GW Which are quite impressive. I know that, strictly speaking, you don’t play flamenco music, but clearly the way you attack the strings with the separate fingers on your right hand owes something to that style.

GABRIELA It does relate to it. My mother was a music lover when I was young, and she played a lot of flamenco, which I loved. But unfortunately, I never got the opportunity to learn that style properly. It’s hard for me to explain what I actually do with the right hand, because whenever I try to figure it out, I have to slow it down. [laughs] But basically, with Rodrigo I became both the bassist and the drummer in the band.

GW As you kept working out this new sound, were there any other guitarists whose work inspired you?

RODRIGO We used to play a lot of music by [virtuoso world-music guitar duo] Strunz and Farah. Actually, we tried to play their music and couldn’t. They’re just amazing. I learned a lot from Jorge Strunz’s playing, especially the more exotic scales he uses. I also had a video by Al Di Meola that helped me with how to use the pick for acoustic playing, and another video by Paul Gilbert that gave me all the speed I have. I’d say those three players were the main influences on me.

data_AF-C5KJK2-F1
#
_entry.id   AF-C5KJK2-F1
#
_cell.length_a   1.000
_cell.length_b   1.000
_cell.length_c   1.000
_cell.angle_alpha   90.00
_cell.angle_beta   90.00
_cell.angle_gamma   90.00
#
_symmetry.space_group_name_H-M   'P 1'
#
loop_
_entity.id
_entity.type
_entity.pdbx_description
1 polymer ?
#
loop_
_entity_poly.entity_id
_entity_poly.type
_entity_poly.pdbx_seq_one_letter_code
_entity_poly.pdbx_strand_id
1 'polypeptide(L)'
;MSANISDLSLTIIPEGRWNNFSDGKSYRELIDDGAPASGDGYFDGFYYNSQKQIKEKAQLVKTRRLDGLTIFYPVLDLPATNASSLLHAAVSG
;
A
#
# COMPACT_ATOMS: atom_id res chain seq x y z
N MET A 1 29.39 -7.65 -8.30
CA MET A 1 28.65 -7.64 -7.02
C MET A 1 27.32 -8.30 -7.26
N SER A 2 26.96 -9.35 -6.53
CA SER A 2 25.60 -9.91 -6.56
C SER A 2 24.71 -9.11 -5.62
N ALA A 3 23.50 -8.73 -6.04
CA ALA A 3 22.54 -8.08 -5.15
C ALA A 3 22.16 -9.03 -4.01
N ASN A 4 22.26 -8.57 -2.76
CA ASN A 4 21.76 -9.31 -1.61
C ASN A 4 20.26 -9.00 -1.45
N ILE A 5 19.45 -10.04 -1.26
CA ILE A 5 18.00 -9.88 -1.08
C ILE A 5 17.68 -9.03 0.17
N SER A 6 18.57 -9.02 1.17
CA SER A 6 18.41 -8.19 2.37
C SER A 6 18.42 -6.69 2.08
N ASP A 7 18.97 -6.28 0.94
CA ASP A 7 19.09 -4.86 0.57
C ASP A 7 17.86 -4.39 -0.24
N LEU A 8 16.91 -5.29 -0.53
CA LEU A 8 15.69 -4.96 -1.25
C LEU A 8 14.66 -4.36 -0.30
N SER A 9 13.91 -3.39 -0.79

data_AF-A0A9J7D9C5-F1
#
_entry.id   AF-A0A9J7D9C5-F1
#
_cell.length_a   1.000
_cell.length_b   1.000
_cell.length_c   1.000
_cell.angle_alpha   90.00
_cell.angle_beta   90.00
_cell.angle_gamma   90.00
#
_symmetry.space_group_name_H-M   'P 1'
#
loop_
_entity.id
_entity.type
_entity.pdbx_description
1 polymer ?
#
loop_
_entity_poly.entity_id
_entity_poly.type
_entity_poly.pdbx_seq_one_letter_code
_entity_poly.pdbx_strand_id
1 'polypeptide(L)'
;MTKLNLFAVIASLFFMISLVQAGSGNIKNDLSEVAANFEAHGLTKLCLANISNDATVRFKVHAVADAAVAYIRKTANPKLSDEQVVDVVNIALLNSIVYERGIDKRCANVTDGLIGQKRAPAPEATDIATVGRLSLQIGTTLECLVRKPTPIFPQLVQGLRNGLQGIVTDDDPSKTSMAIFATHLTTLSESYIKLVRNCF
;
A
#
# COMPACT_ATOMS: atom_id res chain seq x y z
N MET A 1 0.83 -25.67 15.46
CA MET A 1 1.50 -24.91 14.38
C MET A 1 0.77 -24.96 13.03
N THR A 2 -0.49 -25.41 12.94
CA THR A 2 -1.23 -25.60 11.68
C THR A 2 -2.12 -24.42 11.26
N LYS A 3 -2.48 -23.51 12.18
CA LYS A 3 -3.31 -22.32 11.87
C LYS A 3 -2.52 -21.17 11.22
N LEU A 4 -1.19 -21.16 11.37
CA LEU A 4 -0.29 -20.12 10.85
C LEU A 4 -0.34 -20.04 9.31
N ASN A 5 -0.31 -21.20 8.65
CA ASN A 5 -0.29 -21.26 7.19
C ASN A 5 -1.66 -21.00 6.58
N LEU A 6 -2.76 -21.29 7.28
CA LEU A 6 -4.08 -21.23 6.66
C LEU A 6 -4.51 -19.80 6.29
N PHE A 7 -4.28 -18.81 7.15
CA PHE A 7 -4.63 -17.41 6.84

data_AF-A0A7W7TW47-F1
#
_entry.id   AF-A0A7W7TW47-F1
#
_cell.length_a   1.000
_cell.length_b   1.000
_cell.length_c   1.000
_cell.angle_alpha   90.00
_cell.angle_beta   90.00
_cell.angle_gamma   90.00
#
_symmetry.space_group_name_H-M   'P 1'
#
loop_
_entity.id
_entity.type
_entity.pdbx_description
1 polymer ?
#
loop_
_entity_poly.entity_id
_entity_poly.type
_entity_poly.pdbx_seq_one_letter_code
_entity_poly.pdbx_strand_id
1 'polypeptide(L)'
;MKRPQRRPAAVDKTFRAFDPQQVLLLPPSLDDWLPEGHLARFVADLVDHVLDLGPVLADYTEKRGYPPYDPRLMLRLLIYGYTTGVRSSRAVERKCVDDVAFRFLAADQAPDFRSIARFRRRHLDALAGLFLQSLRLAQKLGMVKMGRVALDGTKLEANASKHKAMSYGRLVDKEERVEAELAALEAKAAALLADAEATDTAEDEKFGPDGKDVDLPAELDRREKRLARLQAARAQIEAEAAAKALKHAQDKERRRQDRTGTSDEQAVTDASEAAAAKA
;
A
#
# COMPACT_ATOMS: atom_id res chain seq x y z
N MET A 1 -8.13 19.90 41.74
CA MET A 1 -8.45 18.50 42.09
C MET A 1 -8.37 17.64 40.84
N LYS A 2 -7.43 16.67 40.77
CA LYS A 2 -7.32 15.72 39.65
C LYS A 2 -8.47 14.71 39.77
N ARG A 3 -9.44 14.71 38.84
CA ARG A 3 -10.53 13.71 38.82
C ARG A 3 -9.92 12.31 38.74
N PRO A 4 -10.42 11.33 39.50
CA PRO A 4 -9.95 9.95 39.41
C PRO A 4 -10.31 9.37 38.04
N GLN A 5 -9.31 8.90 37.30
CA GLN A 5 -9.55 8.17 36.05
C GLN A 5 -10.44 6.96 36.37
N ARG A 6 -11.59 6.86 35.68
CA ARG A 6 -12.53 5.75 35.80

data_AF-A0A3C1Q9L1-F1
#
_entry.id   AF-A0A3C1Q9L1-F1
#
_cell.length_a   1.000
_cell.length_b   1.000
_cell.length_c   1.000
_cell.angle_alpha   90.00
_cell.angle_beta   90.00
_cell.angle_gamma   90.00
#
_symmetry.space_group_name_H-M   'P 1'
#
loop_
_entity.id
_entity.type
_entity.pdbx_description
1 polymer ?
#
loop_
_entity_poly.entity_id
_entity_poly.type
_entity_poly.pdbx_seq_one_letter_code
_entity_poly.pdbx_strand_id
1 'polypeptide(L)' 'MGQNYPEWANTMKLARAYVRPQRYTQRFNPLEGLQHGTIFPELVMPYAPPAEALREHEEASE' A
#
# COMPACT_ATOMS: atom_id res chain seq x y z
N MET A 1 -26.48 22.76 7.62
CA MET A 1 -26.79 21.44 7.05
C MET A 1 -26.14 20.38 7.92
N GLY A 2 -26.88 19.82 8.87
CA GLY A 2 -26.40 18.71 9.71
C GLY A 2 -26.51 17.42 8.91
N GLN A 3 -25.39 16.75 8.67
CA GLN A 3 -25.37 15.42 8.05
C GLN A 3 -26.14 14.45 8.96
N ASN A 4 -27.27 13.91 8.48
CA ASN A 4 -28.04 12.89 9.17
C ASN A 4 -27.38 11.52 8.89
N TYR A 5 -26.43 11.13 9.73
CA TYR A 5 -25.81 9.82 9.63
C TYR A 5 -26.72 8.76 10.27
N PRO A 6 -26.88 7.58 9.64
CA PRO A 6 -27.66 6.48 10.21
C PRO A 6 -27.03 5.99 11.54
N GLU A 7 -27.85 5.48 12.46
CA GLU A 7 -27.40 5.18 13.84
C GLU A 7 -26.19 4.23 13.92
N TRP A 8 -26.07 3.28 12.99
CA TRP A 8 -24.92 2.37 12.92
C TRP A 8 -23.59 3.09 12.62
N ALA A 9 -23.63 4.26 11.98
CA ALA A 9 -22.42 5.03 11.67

GW Your mention of Di Meola makes perfect sense. I can hear a lot of him in your solos.

RODRIGO Hearing him was particularly important to me because he mutes the strings a lot with his right hand. I’d done the same thing when I played electric, and I didn’t want to lose that. So when I play now, I still palm mute, much like I would do if I were playing electric.

GW Tell me about the cover of Metallica’s “Orion,” on your latest album. Was that one of the metal covers you used to do back in Mexico at the hotel lounge?

RODRIGO No, we began playing that more recently, though we used to play “One,” in the old days. For this album, we really wanted to do a sincere tribute to Metallica, to show people how amazing this music is when you listen to it without distortion. Because it’s one of our favorite Metallica songs, we wanted to keep it pretty close to the original, unlike what we did with “Stairway to Heaven,” which is very different from the Led Zeppelin version. We heard from Metallica that they love our version, and that makes us feel great.


GW You play a cool slide part on that track. Did you use a special guitar for that?